Aspergillus

Jump to: navigation, search

Aspergillosis Microchapters

Home

Patient Information

Overview

Historical Perspective

Classification

Pathophysiology

Causes

Differentiating Aspergillosis from other Diseases

Epidemiology and Demographics

Risk Factors

Natural History, Complications and Prognosis

Diagnosis

Diagnostic Criteria

History and Symptoms

Physical Examination

Laboratory Findings

Chest X Ray

CT

Other Diagnostic Studies

Treatment

Medical Therapy

Surgery

Primary Prevention

Future or Investigational Therapies

Case Studies

Case #1

Aspergillus On the Web

Most recent articles

cited articles

Review articles

CME Programs

Powerpoint slides

Images

American Roentgen Ray Society Images of Aspergillus

All Images
X-rays
Echo & Ultrasound
CT Images
MRI

Ongoing Trials at Clinical Trials.gov

US National Guidelines Clearinghouse

NICE Guidance

FDA on Aspergillus

CDC on Aspergillus

Aspergillus in the news

Blogs on Aspergillus

Aspergillosis

Risk calculators and risk factors for Aspergillus

This page is about microbiologic aspects of the organism(s).  For clinical aspects of the disease, see Aspergillosis.
Aspergillus
Conidial head of Aspergillus niger
Conidial head of Aspergillus niger
Scientific classification
Kingdom: Fungi
Phylum: Ascomycota
Class: Eurotiomycetes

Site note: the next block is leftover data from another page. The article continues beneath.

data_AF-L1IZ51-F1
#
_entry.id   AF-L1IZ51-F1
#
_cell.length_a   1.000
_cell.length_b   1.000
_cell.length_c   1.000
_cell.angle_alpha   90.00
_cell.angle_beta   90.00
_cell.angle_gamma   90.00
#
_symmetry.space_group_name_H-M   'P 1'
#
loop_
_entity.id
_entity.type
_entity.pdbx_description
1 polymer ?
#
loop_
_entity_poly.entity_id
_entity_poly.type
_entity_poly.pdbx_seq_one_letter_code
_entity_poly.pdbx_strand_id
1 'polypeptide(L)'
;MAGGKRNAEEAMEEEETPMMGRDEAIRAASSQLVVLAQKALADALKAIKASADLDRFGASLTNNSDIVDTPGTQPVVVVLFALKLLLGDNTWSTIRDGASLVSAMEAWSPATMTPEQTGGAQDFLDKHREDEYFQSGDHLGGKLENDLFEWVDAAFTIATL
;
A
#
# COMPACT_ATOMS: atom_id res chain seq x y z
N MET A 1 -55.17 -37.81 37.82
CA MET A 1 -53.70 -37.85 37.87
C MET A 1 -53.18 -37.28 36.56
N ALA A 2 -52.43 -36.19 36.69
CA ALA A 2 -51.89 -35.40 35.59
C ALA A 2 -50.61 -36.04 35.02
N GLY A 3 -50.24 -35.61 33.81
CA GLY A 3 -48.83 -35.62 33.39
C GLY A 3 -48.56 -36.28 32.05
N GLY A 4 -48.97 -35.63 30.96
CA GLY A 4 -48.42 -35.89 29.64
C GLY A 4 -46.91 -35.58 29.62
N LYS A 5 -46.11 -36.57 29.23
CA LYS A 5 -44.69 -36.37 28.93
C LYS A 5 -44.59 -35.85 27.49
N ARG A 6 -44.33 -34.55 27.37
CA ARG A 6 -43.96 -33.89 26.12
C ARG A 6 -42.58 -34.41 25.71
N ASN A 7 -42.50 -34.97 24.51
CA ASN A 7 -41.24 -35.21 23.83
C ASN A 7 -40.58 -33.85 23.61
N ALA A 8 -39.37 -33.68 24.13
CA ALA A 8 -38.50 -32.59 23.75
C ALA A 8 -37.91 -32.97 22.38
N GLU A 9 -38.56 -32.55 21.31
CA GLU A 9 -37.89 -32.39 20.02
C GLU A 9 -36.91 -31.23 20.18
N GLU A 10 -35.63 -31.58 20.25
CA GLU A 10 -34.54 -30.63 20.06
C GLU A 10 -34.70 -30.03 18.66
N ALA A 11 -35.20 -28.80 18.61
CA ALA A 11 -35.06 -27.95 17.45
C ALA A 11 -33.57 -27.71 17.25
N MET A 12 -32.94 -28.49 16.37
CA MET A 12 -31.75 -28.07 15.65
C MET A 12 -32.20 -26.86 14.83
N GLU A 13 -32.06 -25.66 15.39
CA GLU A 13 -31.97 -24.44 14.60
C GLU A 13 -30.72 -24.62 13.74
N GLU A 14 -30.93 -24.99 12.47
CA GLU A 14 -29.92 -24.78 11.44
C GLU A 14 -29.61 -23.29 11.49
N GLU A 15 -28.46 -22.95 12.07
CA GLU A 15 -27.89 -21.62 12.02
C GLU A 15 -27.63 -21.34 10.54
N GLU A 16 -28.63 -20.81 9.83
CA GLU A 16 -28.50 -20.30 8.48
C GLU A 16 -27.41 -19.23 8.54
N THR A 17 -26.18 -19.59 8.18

Order: Eurotiales
Family: Trichocomaceae
Genus: Aspergillus
Species

about 200, including:
Aspergillus caesiellus
Aspergillus candidus
Aspergillus carneus
Aspergillus clavatus
Aspergillus deflectus
Aspergillus flavus
Aspergillus fumigatus
Aspergillus glaucus
Aspergillus nidulans
Aspergillus niger
Aspergillus ochraceus
Aspergillus oryzae
Aspergillus parasiticus
Aspergillus penicilloides
Aspergillus restrictus
Aspergillus sojae
Aspergillus sydowi
Aspergillus tamari
Aspergillus terreus
Aspergillus ustus
Aspergillus versicolor

Editor-In-Chief: C. Michael Gibson, M.S., M.D. [1] Associate Editor(s)-in-Chief: Yazan Daaboul, M.D.; Haytham Allaham, M.D. [2]; Serge Korjian M.D.

Overview

Aspergillosis is caused by the fungus Aspergillus, commonly A. fumigatus. Aspergillus is ubiquitous in the environment.

Causes

Aspergillosis is caused by the fungus Aspergillus: Common Aspergillus species involved in human disease include the following:

Taxonomy

Eukaryota; Fungi/Metazoa group; Fungi; Ascomycota; Pezizomycotina; Eurotiomycetes; Eurotiales; Trichocomaceae; mitosporic Trichomaceae

Reservoir

  • Aspergillus is ubiquitous in the environment.
  • Aspergillus can be found in soil, decomposing plant matter, household dust, building materials, plants, food, and water.

Transmission

  • Transmission occurs through inhalation of airborne conidia.
  • Hospital-acquired infections may be sporadic or may be associated with dust exposure during building renovation or construction.
  • Occasional outbreaks of cutaneous infection have been traced to contaminated biomedical devices.

Incubation Period

The incubation period for aspergillosis is unclear and likely varies depending on the dose of Aspergillus and the host immune response.

Associated Diseases

Aspergillus may cause any of the following clinical syndromes depending on the host immune responses:

  • Allergic bronchopulmonary aspergillosis
  • Allergic Aspergillus sinusitis
  • Aspergilloma
  • Chronic pulmonary aspergillosis
  • Invasive aspergillosis
  • Cutaneous aspergillosis


To learn how to distinguish between the Aspergillus clinical syndromes, click here.

Gallery

References

  1. 1.00 1.01 1.02 1.03 1.04 1.05 1.06 1.07 1.08 1.09 1.10 1.11 1.12 1.13 1.14 1.15 1.16 1.17 1.18 1.19 1.20 1.21 1.22 1.23 1.24 "Public Health Image Library (PHIL)".

Linked-in.jpg